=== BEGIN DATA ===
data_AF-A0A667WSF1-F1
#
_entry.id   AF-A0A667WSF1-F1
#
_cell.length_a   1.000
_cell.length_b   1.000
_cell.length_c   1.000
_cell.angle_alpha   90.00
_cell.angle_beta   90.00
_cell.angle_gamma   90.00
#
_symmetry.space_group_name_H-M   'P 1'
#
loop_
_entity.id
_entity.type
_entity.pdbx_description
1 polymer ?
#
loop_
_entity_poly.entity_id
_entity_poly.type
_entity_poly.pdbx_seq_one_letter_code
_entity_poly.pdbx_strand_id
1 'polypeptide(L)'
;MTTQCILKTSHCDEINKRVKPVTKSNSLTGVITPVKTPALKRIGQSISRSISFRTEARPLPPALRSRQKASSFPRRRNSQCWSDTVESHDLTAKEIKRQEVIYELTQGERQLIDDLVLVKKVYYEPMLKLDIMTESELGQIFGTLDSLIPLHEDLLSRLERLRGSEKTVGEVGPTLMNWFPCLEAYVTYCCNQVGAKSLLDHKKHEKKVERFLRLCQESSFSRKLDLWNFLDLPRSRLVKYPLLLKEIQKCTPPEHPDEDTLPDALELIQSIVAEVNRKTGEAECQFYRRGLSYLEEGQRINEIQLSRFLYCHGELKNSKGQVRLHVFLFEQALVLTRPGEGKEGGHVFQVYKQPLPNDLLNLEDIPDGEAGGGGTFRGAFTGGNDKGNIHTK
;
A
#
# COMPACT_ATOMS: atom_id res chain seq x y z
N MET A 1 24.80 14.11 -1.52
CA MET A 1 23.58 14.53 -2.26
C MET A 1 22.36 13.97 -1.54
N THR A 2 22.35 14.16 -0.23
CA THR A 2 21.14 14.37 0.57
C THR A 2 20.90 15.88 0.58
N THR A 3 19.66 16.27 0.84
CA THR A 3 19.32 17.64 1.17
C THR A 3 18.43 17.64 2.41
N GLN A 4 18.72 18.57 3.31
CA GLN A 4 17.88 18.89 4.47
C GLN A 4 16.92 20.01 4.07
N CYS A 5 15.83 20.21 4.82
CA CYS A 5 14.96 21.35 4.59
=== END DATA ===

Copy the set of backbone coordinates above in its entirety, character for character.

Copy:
data_AF-A0A667WSF1-F1
#
_entry.id   AF-A0A667WSF1-F1
#
_cell.length_a   1.000
_cell.length_b   1.000
_cell.length_c   1.000
_cell.angle_alpha   90.00
_cell.angle_beta   90.00
_cell.angle_gamma   90.00
#
_symmetry.space_group_name_H-M   'P 1'
#
loop_
_entity.id
_entity.type
_entity.pdbx_description
1 polymer ?
#
loop_
_entity_poly.entity_id
_entity_poly.type
_entity_poly.pdbx_seq_one_letter_code
_entity_poly.pdbx_strand_id
1 'polypeptide(L)'
;MTTQCILKTSHCDEINKRVKPVTKSNSLTGVITPVKTPALKRIGQSISRSISFRTEARPLPPALRSRQKASSFPRRRNSQCWSDTVESHDLTAKEIKRQEVIYELTQGERQLIDDLVLVKKVYYEPMLKLDIMTESELGQIFGTLDSLIPLHEDLLSRLERLRGSEKTVGEVGPTLMNWFPCLEAYVTYCCNQVGAKSLLDHKKHEKKVERFLRLCQESSFSRKLDLWNFLDLPRSRLVKYPLLLKEIQKCTPPEHPDEDTLPDALELIQSIVAEVNRKTGEAECQFYRRGLSYLEEGQRINEIQLSRFLYCHGELKNSKGQVRLHVFLFEQALVLTRPGEGKEGGHVFQVYKQPLPNDLLNLEDIPDGEAGGGGTFRGAFTGGNDKGNIHTK
;
A
#
# COMPACT_ATOMS: atom_id res chain seq x y z
N MET A 1 24.80 14.11 -1.52
CA MET A 1 23.58 14.53 -2.26
C MET A 1 22.36 13.97 -1.54
N THR A 2 22.35 14.16 -0.23
CA THR A 2 21.14 14.37 0.57
C THR A 2 20.90 15.88 0.58
N THR A 3 19.66 16.27 0.84
CA THR A 3 19.32 17.64 1.17
C THR A 3 18.43 17.64 2.41
N GLN A 4 18.72 18.57 3.31
CA GLN A 4 17.88 18.89 4.47
C GLN A 4 16.92 20.01 4.07
N CYS A 5 15.83 20.21 4.82
CA CYS A 5 14.96 21.35 4.59